Prosecutors eagerly rely on the testimony of jailhouse informants, who are people who spent time in jail with a defendant and allegedly spoke with them about the crimes they are charged with. The testimony of an informant who was housed with a defendant while they were in jail can be persuasive to a jury, as defendants often confess to criminal conduct to others in jail shortly after they are arrested.
Persons who are charged with crimes are often reluctant to testify against others who they met in jail, and prosecutors sometimes offer incentives to jailhouse informants to get them to testify on the state’s behalf. These incentives, such as shortened sentences or dropped charges, can sometimes cause jailhouse informants to testify dishonestly and tell prosecutors “what they want to hear” in order to benefit the informant themself. Because of this, defendants and defense attorneys are likely to challenge the testimony of jailhouse informants however they can.
The Virginia Court of Appeals recently ruled that the testimony of a jailhouse informant in a defendant’s robbery case was permissible, even though the prosecutor didn’t tell the defense attorney that he would be testifying until the day of trial. The defendant in the recently decided case was charged with armed robbery after he allegedly robbed a convenience store. In addition to the workers at the convenience store during the robbery, the prosecution sought to call a witness who met the defendant in jail after his arrest. Although this jailhouse informant witness was listed as a possible witness in the state’s disclosures, the prosecutor told defense counsel that the informant would not testify unless the defendant himself testified in his own defense. The defendant chose not to testify, but the prosecutor reneged on his word and called the informant to testify about conversations he had with the defendant while they were housed together. The defendant was ultimately convicted of several charges at trial and was given a substantial sentence as a result.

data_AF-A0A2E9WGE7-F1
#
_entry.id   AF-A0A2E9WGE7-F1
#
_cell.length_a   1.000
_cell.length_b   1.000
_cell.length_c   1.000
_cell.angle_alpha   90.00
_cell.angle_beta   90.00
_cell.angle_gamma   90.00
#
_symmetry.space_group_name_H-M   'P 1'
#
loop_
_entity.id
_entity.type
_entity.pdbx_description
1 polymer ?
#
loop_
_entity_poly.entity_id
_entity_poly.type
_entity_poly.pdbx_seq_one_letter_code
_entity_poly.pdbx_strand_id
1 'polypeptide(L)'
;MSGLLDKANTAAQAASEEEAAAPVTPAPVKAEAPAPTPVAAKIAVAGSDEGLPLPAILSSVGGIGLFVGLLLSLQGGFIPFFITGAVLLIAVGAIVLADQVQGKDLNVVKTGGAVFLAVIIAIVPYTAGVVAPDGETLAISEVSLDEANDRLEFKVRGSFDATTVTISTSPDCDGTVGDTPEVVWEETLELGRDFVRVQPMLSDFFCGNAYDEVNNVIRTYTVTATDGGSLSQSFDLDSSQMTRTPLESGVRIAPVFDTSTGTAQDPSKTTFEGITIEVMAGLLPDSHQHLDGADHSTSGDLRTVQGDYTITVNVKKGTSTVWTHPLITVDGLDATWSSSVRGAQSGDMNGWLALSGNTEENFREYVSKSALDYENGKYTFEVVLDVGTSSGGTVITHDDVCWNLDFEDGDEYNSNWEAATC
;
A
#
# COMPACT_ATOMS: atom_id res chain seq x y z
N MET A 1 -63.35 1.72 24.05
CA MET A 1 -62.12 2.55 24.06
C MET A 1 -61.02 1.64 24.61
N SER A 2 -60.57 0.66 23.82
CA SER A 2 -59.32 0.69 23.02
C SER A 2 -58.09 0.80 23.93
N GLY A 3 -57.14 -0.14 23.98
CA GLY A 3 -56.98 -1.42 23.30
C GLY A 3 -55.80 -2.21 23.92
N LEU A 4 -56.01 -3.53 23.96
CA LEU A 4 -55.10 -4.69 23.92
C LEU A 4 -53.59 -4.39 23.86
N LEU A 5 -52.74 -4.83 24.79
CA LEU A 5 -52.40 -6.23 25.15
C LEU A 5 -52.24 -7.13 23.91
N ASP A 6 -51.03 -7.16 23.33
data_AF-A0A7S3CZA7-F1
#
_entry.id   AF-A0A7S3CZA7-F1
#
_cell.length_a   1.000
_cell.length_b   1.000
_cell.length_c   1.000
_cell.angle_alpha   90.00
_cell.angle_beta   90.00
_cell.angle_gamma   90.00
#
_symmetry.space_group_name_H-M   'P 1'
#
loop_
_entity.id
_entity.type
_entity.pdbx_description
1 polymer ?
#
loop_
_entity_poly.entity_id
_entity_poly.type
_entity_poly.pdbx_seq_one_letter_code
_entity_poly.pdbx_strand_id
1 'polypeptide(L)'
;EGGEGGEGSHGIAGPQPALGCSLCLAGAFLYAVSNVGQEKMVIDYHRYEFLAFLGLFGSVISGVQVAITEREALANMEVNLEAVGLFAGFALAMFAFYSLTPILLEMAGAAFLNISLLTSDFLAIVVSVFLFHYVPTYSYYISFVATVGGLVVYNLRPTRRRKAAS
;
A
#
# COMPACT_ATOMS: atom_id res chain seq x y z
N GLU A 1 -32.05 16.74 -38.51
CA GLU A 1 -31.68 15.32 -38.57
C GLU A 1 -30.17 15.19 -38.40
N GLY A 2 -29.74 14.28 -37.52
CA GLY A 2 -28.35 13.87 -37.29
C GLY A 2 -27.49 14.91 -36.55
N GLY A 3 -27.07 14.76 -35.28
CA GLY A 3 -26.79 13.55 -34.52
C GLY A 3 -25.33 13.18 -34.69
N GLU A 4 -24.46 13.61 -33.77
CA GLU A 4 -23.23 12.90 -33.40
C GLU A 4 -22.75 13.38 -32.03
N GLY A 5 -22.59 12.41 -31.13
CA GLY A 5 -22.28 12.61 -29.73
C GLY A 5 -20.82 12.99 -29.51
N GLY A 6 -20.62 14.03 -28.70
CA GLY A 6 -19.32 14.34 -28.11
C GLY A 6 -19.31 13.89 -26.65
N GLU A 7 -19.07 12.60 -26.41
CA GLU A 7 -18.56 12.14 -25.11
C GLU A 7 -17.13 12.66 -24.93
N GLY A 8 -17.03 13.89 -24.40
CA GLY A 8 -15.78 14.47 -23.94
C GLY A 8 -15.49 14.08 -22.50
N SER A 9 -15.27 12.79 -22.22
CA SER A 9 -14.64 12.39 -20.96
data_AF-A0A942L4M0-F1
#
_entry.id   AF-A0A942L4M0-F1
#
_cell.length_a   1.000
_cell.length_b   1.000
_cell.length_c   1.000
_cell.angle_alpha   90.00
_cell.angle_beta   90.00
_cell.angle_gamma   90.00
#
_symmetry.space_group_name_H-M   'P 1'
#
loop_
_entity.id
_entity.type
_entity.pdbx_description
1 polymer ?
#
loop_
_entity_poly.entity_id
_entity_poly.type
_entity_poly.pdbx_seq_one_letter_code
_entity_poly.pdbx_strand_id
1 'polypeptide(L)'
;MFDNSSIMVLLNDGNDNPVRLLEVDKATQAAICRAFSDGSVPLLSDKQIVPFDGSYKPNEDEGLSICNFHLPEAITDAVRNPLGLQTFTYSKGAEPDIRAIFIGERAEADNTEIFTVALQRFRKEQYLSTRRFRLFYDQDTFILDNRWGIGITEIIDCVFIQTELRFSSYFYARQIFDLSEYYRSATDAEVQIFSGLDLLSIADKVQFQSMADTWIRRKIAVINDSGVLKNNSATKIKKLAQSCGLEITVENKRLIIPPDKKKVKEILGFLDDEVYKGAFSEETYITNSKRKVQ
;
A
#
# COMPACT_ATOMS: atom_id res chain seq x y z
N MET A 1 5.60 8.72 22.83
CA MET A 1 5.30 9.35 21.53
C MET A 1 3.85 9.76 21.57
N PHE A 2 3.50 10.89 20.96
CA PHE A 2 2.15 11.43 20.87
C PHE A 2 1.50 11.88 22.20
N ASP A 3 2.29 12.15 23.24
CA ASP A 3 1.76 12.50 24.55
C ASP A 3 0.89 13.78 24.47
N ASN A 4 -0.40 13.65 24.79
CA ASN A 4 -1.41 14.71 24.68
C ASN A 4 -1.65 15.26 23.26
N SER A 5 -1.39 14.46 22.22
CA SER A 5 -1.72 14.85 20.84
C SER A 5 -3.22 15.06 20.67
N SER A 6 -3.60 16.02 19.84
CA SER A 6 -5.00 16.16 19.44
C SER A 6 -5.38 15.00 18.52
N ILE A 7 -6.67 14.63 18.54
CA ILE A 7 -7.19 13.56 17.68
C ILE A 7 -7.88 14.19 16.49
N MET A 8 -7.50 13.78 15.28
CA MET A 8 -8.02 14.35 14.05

The defendant appealed his conviction to the Virginia Court of Appeals, arguing that the prosecution tactics at trial resulted in the defendant not having the ability to prepare for the informant’s testimony. Specifically, the defendant claimed that with advance notice of the witness, he would be able to find favorable evidence to impeach the credibility of the informant. The Court of Appeals disagreed with the defendant, holding that the prosecution’s disclosure of the witness’s criminal record was sufficient to meet due process requirements. Specifically, the court held that the defendant failed to show any actual favorable evidence that would have been found with more notice. Speculation, the Court held, was not sufficient to reverse a conviction. As a result of the appellate decision, the defendant will be required to serve his time as sentenced.
Have You Been Charged With a Crime in Virginia?
If you or someone you know has been arrested or charged with any Virginia criminal offense, be wary of the possibility of a jailhouse informant testifying against you. You should not speak with anyone besides an attorney who represents you about the facts surrounding your charges. Even if you speak to nobody at a jail, there’s a chance that a jailhouse informant will testify about you dishonestly in order to receive something from the prosecution. The skilled Virginia criminal defense attorneys at Robinson Law, PLLC understand the weaknesses of jailhouse informant testimony, and we can help you discredit or suppress any proposed informant testimony. Our qualified criminal defense lawyers have represented clients charged with all types of Virginia criminal offenses, including robberies and gun charges. If you’ve been arrested or charged with a crime, our experience can help you fight the charges on all fronts. Call 703-542-3616 today to discuss your case and schedule a free consultation with one of our attorneys.